GRETCHEN DAILY: What would it take to protect nature while meeting human needs?
Interview by Maywa Montenegro
What would it take to protect nature while meeting human needs?
A quote from Confucius strikes at the heart of harmonizing people and nature, humanity’s greatest challenge:
There are three pathways to wisdom.
The first is through contemplation, and that is the noblest.
The second is through imitation, and that is the easiest.
The third is through experience, and that is the bitterest.
Progress along the first pathway involves inventive minds increasingly focused on developing new approaches that realize multiple values from lands and waters—in a balanced way that sustains biodiversity and Earth’s life-support systems.
Opening up the second, the easiest, path actually requires something very hard: heroic action, conducted with vision, compassion and risk. In any revolution, there are many, many heroes. We need to enable latent heroes to act, locally and globally, in creating real-world demonstrations of new approaches. These should be bold enough that they don’t all succeed, but all should be designed to yield a success story that is compelling, replicable and scalable.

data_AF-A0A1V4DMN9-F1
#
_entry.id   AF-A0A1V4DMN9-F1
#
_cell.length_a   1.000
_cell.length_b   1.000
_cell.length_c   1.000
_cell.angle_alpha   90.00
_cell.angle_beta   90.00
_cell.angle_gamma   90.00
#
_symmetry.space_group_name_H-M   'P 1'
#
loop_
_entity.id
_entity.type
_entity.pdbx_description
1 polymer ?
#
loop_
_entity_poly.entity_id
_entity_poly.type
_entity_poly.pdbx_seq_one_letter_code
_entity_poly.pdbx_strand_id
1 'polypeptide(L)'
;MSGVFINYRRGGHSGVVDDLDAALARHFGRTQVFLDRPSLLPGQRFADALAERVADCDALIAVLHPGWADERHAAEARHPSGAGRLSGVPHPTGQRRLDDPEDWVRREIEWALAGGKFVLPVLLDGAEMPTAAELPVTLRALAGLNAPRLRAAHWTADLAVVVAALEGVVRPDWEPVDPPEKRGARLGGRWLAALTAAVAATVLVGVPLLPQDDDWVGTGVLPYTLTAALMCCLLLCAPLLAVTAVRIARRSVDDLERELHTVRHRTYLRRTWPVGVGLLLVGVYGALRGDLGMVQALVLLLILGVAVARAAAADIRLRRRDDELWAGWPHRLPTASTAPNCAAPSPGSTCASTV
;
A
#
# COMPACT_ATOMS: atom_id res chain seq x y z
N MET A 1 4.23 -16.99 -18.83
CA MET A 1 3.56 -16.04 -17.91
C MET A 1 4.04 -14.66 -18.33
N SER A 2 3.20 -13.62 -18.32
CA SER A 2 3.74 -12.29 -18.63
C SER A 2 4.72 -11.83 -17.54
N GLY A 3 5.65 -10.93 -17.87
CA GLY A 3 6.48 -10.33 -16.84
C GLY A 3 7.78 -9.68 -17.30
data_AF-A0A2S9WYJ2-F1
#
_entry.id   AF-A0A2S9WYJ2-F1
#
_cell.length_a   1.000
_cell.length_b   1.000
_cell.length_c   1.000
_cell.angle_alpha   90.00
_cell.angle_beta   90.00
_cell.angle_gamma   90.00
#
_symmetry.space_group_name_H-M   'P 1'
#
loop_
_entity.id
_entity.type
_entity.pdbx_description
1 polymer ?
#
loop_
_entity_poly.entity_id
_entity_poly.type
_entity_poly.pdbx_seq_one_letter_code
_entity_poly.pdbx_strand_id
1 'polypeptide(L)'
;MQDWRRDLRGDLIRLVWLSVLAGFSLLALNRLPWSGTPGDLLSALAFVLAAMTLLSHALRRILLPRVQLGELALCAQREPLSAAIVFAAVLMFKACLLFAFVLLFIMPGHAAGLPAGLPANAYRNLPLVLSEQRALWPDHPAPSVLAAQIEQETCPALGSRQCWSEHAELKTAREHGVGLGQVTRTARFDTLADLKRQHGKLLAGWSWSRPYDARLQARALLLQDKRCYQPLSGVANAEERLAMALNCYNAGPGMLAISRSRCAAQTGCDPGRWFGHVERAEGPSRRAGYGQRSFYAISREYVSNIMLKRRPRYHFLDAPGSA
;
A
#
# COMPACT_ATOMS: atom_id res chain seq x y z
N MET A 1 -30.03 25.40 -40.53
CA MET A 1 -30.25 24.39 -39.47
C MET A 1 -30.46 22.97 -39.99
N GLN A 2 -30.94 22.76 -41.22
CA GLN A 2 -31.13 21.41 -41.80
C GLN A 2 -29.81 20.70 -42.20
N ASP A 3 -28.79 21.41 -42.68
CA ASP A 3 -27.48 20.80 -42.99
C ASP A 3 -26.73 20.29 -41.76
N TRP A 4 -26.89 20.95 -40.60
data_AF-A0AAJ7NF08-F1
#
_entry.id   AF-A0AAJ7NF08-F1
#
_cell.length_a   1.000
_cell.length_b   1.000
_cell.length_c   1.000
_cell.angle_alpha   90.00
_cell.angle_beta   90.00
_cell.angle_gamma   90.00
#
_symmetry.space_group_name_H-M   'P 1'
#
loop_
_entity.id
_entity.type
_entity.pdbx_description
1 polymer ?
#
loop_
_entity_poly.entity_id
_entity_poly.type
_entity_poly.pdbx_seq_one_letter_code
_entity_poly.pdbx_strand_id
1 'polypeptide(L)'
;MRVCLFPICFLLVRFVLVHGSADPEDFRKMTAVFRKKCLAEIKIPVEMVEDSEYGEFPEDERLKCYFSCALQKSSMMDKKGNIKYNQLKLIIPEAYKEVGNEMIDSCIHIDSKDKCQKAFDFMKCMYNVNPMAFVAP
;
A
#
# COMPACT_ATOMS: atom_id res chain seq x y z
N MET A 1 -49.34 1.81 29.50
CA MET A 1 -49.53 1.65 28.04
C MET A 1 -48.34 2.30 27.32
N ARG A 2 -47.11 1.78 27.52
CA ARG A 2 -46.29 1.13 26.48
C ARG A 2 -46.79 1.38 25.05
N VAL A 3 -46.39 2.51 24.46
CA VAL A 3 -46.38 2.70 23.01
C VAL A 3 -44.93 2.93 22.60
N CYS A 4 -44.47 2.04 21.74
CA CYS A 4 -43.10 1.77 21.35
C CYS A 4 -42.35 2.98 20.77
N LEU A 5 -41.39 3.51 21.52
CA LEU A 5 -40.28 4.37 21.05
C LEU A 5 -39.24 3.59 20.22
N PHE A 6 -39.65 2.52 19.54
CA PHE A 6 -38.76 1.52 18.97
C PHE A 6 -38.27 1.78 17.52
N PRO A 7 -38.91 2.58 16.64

There’s not enough luck in the universe to avoid all of life’s bitterness, but with heroic action we can averting the worst and open a much brighter future.
Ecologist GRETCHEN DAILY
Historically, civilizations have met human needs at the expense of nature. But does the well-being of human and natural systems have to be an either-or proposition? GRETCHEN DAILY, Bing professor of environmental science at Stanford University and co-founder of the Natural Capital Project, thinks not.
In research spanning countryside biogeography to policy and finance mechanisms for ecosystem services, Daily is working to show how recognition of the economic value of nature can set the stage for mutually beneficial coexistence.
Pollinators are crucial for plants and people alike. Conservation biologist Claire Kremen offers some solutions for the threats they face. Read the interview with Claire Kremen
In "What Is Nature Worth?", the University of Minnesota's Institute on the Environment offers a three-minute look at what biodiversity loss is really costing us—and what we can do about it. Watch the video on YouTube
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Last modified on January 23, 2012